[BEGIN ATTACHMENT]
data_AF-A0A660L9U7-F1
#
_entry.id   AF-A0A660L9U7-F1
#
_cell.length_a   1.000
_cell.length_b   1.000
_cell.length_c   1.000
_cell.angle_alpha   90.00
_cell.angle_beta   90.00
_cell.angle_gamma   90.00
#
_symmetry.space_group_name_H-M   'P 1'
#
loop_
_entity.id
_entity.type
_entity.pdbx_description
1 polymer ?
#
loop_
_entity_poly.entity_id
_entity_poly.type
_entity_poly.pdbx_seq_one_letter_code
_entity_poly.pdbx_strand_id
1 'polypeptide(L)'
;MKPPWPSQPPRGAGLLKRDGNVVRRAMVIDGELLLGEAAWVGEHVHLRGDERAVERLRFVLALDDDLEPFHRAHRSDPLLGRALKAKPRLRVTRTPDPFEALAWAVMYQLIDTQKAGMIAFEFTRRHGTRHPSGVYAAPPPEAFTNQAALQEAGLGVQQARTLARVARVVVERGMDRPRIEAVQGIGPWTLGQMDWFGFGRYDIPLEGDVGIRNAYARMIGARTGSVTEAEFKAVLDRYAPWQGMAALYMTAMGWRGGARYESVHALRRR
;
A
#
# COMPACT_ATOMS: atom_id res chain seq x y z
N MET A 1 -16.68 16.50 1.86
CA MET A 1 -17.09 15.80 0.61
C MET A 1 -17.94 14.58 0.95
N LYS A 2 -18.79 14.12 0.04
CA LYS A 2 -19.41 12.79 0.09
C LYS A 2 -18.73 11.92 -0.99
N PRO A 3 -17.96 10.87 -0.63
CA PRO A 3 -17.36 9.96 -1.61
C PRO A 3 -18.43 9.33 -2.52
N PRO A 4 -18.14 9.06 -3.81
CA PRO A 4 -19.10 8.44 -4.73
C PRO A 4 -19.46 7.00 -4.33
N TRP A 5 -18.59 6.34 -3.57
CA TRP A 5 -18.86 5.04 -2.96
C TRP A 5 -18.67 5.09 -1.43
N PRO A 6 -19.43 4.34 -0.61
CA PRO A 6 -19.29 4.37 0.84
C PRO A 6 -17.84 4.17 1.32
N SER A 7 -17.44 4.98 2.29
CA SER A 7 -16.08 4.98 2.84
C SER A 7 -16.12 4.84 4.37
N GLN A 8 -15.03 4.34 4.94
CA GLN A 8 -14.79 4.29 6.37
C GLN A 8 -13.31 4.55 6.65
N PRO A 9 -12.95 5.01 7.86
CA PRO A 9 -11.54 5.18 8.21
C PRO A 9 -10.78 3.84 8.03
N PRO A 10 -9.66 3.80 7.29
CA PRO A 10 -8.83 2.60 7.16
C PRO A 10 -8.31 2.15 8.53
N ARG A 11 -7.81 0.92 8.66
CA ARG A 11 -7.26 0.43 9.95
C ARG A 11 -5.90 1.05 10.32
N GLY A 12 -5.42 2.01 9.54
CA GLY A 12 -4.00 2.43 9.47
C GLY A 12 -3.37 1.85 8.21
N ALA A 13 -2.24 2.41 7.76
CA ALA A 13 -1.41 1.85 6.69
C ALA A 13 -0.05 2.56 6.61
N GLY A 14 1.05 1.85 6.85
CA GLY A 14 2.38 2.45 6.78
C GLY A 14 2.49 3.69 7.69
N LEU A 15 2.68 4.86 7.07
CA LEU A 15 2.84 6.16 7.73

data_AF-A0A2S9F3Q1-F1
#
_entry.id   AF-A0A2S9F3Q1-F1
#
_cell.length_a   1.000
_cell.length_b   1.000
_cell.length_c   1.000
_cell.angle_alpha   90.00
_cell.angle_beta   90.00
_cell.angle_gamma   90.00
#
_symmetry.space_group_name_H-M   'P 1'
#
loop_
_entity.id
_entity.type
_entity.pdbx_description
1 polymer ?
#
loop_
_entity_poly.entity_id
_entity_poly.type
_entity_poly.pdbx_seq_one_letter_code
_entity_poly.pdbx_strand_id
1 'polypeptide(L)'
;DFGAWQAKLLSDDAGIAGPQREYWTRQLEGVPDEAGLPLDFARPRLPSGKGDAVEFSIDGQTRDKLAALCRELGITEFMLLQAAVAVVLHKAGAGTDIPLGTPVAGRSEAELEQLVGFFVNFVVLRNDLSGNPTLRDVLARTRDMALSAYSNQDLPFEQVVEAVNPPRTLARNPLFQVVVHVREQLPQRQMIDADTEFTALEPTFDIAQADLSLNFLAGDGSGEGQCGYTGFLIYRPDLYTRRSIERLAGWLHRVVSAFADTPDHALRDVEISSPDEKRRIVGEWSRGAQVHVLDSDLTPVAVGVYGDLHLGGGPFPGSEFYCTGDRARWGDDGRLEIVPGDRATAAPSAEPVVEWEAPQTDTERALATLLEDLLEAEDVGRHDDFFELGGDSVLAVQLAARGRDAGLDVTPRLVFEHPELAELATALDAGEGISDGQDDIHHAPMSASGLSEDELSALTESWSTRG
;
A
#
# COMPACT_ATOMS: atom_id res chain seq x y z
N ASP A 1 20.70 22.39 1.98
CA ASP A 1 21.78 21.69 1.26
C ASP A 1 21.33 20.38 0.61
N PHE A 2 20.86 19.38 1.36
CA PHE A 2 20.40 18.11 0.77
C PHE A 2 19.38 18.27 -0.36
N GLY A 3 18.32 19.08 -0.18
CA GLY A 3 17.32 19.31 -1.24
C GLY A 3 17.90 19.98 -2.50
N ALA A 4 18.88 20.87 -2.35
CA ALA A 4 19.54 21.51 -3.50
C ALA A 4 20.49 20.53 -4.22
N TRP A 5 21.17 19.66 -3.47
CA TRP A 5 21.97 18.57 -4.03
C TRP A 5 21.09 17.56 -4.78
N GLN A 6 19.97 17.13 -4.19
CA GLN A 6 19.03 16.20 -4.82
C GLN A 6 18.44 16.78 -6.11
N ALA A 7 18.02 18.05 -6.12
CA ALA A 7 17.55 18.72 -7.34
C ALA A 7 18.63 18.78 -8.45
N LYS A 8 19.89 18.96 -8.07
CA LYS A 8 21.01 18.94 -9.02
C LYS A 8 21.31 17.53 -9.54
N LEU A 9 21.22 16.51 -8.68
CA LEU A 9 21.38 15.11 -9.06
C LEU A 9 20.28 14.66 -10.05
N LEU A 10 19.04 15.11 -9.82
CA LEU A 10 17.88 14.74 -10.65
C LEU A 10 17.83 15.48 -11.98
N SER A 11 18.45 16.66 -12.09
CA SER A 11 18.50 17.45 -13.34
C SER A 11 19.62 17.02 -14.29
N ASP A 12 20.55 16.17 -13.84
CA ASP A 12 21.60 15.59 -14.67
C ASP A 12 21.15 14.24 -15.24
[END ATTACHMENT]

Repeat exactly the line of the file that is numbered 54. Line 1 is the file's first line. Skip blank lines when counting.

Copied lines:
C GLN A 8 -13.31 4.55 6.65